This film utilizes a stylized visual design that has a limited color scheme that works aesthetically well for the subject matter. The color range is limited to shades of dark blue, gray and black with splashes of crimson red, and sepia tones. Warm golden accents are used to break up the film’s monochromatic essence. Uneven light and shading are prevalent. Fleshtones are on the bronzy side however, this appears to fall in line with the film’s visual aesthetic. Contrast is spot on which empowers whites and grays without washing away detail. Whites are snappy and crisp and grays are multi-staged and layered.

Blacks are dynamic and gradationally revealing, and shadow detail is excellent. The use of CGI softened some of the background elements during wide-angle pans, but I never found it to be excessive or distracting. Overall, I found the quality of the video to be solid. It wasn’t always razor sharp, but it was cleanly rendered with plenty of subtle refinement that increased the perception of fine detail.

As with all of Fox’s Ultra HD Blu-ray releases, the bundled Blu-ray version of Ad Astra contains a 7.1 channel DTS-HD Master Audio soundtrack, rather than a Dolby Atmos mix, which is found only on the UHD version, leaving those without an Ultra HD capable set up, but with immersive sound capabilities, out in the cold. It would be nice to see future Ultra HD Combo Packs that combine the two. Be that as it may, I found much to enjoy with the soundtrack. This lossless soundtrack is excellent and features wide dynamic range, superlative clarity, and high-level detail. Dialog is cleanly rendered, sounding sibilant free, and well balanced within the soundstage. Front and rear channel imaging is excellent. This draws out both large and small sound elements and allows their directional correlation based upon the onscreen events to be definable.

The music score, coupled with the integration of discrete, and atmospheric surround sound effects, plays an intricate role in the surround mix. The detection of subtle background sounds, off camera cues, and spatial dimension within the room’s acoustic environment is spot on. The atmospheric effects associated with the various acoustic environments portrayed in the story sound engagingly real. Low frequency effects are applied authoritatively and underscore the audio presentation with aplomb. Its palpable presence is never in question as it renders refined bass quality that kicks nicely, extends deep enough to engage the room and, on occasion, wake the neighbors.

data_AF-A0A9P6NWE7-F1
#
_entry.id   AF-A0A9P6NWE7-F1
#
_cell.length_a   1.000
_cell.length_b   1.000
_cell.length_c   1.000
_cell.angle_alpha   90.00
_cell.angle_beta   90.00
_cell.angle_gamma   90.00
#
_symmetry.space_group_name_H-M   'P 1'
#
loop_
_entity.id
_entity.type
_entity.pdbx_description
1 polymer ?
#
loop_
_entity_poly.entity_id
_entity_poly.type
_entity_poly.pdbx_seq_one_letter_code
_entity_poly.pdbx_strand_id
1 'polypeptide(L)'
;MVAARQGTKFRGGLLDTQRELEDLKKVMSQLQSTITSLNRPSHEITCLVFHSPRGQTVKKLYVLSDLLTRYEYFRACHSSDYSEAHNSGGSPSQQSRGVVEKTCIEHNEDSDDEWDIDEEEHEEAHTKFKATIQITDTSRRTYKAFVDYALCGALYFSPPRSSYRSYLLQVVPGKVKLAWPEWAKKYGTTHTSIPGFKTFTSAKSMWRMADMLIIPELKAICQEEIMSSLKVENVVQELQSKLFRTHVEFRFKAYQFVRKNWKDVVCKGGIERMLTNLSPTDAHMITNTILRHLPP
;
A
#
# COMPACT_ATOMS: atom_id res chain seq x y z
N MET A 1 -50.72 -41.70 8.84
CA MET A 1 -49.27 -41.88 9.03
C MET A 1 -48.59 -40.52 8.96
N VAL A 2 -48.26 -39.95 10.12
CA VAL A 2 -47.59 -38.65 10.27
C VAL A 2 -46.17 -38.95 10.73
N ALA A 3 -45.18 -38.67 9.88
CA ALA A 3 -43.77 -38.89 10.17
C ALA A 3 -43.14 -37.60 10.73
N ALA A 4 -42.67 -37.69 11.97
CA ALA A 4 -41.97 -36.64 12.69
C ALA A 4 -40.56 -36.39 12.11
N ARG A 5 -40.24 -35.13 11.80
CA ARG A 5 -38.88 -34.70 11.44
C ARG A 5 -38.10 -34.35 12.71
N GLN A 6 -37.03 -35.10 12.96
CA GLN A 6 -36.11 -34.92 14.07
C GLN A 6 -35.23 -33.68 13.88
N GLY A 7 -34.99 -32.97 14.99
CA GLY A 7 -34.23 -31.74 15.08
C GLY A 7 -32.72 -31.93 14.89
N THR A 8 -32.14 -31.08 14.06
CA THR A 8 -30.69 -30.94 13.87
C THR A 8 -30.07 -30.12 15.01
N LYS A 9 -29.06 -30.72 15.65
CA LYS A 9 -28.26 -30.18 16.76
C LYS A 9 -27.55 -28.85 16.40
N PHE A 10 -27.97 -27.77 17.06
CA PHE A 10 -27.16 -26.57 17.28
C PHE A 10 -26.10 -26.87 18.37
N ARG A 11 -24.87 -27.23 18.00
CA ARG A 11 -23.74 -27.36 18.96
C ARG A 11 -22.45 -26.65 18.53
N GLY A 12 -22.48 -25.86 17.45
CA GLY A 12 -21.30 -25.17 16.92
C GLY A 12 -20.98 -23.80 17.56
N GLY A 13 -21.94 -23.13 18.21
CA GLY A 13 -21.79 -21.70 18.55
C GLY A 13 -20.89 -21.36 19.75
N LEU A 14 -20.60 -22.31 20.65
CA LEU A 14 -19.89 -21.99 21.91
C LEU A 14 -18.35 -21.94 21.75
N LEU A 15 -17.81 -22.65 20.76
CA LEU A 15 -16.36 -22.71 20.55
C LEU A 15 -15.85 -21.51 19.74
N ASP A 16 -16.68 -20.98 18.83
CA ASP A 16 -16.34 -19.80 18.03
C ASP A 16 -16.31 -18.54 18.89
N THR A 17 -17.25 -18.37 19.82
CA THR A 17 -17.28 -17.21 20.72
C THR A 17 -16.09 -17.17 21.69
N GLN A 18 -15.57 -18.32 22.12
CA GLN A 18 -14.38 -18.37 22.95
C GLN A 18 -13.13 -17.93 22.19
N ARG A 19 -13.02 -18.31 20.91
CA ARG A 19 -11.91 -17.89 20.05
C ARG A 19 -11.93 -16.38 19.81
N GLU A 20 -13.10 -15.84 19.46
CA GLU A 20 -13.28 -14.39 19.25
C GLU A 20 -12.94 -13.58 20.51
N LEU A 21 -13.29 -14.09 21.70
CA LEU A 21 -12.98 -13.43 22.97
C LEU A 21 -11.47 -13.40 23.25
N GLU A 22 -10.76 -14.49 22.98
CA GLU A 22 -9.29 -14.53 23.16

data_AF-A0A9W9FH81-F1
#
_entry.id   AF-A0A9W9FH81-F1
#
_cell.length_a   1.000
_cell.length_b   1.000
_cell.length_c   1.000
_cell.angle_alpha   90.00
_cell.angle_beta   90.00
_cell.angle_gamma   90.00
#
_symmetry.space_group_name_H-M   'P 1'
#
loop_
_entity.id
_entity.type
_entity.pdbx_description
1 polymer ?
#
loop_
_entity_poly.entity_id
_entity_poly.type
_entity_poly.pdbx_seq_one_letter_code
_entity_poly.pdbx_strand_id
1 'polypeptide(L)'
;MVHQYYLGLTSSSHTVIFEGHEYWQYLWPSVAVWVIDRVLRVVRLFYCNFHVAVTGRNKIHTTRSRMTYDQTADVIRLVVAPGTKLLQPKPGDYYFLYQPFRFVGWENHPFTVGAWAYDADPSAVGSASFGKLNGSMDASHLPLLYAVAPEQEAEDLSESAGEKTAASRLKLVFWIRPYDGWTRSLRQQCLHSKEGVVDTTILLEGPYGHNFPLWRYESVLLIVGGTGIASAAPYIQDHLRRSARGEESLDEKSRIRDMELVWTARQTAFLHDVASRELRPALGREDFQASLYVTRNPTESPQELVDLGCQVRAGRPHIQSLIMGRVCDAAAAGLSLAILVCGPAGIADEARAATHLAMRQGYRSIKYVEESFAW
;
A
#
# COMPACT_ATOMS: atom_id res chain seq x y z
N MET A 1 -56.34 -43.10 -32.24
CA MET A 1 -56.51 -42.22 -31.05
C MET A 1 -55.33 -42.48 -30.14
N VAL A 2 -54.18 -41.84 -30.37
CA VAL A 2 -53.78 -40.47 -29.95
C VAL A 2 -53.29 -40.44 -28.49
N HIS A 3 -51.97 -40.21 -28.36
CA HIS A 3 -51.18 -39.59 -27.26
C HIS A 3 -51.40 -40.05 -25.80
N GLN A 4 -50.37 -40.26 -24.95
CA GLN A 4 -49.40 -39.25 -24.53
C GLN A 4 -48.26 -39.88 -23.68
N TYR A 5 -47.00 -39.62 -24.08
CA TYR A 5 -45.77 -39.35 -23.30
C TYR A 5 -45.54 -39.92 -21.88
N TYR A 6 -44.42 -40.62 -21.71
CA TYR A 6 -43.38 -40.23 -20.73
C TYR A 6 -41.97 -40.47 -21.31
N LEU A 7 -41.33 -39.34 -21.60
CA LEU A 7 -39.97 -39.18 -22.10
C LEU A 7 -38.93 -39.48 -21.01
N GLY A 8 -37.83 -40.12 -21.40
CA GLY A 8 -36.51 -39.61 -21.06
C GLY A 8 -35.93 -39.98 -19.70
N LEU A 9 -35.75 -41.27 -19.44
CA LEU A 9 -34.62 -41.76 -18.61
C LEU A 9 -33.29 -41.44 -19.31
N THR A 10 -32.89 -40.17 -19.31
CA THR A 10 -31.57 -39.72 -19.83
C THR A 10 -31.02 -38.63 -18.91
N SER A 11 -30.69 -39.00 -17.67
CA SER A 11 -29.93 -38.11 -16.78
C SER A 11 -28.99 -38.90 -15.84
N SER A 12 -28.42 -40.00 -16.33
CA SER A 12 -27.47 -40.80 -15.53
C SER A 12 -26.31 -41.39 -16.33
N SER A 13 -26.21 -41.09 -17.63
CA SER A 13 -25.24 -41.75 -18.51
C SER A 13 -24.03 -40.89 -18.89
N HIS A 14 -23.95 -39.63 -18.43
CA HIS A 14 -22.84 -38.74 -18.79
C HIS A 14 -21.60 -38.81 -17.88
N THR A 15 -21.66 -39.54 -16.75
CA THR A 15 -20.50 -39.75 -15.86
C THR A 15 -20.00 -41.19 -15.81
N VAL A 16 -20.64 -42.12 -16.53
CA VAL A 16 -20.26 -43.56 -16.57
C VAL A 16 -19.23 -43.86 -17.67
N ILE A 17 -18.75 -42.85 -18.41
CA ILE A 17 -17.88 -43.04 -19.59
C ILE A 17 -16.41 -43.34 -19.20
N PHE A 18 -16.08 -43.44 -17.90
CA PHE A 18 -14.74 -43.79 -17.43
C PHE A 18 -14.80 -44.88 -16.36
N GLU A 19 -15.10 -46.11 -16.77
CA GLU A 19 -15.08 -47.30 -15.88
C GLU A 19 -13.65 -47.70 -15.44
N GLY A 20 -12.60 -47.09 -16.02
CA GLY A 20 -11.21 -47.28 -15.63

Bonus Features:
  • Disc 1: Ad Astra Ultra HD Blu-ray
  • Disc 2: Ad Astra Blu-ray
    • Deleted Scenes with Optional Audio Commentary by James Gray
    o “The Void”
    o “Epilogue”
    • To the Stars
    • A Man Named Roy
    • The Crew of the Cepheus
    • The Art of Ad Astra
    • Reach for the Stars
    • Audio Commentary by Director James Gray*
    • Space Age: The VFX**
  • Digital Code
Final Thoughts:

Ad Astra is a sci-fi adventure drama with a narrative that incorporates thematic elements that blend tonal shifts which underscore its somber and engaging personal story. It comes to Blu-ray from 20th Century Fox Home Entertainment featuring excellent Ultra HD video, terrific lossless surround sound, including an engaging Dolby Atmos immersive mix, and a middling supplemental set. Ad Astra is easily worth the price of a rental on Blu-ray, but for those with an Ultra HD capable system, and a taste for what the film has to offer, it might just be worth picking up.
Ralph Potts
AVS Forum Blu-ray Reviews

Reference Review System:
JVC DLA-RS2000 4K Ultra High Definition Front Projector
(Calibrated with Calman 5 & C6-HDR Meter from  Spectracal )
Stewart Filmscreen - Studiotek 130 G3 100” 16x9 Screen
Carada Masquerade Electronic Horizontal Masking System
Marantz AV7704 Audio/Video Processor
Emotiva XPA-7 Gen 3 Seven Channel Amplifier
Emotiva XPA-11 Gen 3 Amplifier
Panasonic DP-UB820 Ultra HD Blu-ray Player
System Controller: Apple iPad/iRule Pro HD Universal Remote Control
Canton "Ergo" and Canton In-Ceiling Series Speakers
SVS Ultra Surrounds (Gloss Finish in Bipolar Configuration)
Dual SVS PC4000 Cylinder Subwoofers
Panamax M5400-PM Power Conditioner/Surge Protector
Wireworld, Better Cables (Silver Serpent) - Audio/Video/Speaker Cabling
AC Infinity Aircom T8 Component Cooling Systems